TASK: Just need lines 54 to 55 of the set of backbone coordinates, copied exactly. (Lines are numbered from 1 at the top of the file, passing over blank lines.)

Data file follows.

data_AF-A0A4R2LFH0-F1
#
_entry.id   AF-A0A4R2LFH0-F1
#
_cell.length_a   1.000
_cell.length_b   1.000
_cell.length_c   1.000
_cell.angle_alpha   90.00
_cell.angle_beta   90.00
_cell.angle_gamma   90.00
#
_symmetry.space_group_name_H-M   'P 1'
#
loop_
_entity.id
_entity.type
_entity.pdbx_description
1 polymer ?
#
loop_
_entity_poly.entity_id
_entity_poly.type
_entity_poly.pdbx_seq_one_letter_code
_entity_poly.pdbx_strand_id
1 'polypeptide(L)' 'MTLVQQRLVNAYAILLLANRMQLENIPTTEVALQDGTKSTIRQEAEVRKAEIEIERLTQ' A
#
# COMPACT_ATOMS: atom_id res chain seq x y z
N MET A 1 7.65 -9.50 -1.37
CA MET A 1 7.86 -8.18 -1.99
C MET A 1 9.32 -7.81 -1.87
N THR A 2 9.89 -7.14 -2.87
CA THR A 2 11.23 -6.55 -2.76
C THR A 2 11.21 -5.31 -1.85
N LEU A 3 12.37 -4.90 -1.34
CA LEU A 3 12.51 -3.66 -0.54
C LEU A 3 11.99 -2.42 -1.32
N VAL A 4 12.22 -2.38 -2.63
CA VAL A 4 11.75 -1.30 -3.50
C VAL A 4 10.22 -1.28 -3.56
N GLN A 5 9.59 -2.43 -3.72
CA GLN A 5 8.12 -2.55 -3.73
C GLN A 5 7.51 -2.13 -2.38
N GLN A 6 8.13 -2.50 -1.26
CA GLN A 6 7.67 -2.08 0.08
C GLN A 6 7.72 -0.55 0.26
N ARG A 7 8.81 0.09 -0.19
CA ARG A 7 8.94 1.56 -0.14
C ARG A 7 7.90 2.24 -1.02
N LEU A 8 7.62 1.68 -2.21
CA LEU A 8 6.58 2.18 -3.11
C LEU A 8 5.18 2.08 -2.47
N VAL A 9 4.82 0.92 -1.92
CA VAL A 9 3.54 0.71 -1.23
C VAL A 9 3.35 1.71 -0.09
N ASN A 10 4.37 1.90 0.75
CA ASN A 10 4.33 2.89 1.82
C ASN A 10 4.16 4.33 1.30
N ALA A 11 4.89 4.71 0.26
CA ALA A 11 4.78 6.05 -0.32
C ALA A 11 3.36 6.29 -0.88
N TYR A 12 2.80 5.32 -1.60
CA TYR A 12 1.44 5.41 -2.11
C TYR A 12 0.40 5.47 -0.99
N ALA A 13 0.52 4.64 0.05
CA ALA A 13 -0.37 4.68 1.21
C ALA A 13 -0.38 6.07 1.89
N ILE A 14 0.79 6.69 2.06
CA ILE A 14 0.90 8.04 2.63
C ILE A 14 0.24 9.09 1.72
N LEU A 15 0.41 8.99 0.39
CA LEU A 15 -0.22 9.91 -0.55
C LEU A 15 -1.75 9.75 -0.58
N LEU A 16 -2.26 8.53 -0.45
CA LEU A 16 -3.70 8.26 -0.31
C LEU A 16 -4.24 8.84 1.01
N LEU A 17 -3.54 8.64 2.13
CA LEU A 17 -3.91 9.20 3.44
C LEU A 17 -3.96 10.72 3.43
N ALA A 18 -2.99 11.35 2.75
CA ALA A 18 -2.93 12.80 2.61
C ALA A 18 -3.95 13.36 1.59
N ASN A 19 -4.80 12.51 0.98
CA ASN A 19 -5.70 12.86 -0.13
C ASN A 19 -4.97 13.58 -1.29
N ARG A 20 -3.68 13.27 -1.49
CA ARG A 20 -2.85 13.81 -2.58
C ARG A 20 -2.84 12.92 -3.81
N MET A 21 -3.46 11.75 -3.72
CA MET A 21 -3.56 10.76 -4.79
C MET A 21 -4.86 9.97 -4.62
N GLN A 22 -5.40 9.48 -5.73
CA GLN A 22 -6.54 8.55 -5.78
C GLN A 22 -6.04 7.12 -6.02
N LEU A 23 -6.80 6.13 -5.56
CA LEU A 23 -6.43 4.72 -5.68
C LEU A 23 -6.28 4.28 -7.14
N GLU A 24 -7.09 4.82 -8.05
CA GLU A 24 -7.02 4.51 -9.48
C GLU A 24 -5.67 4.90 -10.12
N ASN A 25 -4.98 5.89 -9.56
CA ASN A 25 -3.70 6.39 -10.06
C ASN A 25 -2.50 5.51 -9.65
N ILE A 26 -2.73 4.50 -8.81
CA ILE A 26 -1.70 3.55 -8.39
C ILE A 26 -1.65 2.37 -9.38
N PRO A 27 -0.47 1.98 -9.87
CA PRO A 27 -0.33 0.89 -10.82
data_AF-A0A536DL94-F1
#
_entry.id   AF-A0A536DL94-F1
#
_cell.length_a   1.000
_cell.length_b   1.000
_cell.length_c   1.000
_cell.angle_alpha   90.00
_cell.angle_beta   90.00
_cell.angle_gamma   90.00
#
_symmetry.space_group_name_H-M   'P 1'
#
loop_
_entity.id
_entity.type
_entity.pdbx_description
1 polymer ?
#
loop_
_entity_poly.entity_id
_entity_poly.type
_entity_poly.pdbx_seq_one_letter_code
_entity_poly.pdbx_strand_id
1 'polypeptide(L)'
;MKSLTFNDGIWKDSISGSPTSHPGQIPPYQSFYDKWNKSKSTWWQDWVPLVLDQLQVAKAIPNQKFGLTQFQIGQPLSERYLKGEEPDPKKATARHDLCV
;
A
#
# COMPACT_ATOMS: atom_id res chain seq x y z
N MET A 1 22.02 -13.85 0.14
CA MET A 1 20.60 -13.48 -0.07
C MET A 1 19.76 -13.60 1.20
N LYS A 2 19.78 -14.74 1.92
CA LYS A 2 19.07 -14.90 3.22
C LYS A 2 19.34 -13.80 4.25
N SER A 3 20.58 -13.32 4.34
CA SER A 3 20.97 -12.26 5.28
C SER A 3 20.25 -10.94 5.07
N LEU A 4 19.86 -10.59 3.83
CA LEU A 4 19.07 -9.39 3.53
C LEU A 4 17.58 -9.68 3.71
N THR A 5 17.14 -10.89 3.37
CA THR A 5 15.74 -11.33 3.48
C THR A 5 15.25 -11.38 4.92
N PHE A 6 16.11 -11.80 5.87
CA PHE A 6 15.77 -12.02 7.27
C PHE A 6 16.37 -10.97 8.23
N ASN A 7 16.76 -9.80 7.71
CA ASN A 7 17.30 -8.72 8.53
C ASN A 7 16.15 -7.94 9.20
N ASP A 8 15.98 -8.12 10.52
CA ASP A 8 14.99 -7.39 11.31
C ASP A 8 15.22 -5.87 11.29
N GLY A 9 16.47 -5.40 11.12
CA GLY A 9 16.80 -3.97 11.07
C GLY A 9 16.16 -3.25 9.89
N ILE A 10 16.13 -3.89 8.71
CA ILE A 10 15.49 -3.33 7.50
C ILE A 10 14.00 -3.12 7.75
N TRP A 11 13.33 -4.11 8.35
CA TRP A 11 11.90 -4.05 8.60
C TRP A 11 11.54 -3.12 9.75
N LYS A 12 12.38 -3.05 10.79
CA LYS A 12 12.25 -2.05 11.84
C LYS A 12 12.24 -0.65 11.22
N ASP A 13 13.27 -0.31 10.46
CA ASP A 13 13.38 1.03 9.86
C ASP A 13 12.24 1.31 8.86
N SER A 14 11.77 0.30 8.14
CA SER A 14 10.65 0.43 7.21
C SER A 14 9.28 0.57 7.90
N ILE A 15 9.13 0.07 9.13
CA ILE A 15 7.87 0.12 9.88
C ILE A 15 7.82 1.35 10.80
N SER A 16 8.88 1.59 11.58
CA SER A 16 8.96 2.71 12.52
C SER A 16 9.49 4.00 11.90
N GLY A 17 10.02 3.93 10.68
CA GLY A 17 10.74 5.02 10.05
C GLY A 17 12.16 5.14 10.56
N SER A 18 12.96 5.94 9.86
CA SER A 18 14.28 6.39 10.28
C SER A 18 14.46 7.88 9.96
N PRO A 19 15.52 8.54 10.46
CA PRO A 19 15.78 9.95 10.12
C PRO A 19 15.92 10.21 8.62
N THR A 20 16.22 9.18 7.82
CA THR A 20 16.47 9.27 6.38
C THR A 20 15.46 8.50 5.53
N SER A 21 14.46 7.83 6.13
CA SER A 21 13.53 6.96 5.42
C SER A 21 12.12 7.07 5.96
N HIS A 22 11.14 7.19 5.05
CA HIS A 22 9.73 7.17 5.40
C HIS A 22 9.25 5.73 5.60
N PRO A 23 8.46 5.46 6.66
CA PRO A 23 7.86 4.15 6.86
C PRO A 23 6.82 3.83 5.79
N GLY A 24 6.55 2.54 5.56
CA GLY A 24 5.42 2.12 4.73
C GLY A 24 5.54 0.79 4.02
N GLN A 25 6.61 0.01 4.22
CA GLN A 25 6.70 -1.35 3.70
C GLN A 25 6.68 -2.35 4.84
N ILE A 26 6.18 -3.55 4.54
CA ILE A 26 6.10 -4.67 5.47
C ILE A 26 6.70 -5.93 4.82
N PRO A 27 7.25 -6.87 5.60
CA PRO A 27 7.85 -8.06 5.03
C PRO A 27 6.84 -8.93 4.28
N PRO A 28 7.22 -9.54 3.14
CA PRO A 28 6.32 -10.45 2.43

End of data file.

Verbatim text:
C VAL A 9 3.35 1.71 -0.09
N ASN A 10 4.37 1.90 0.75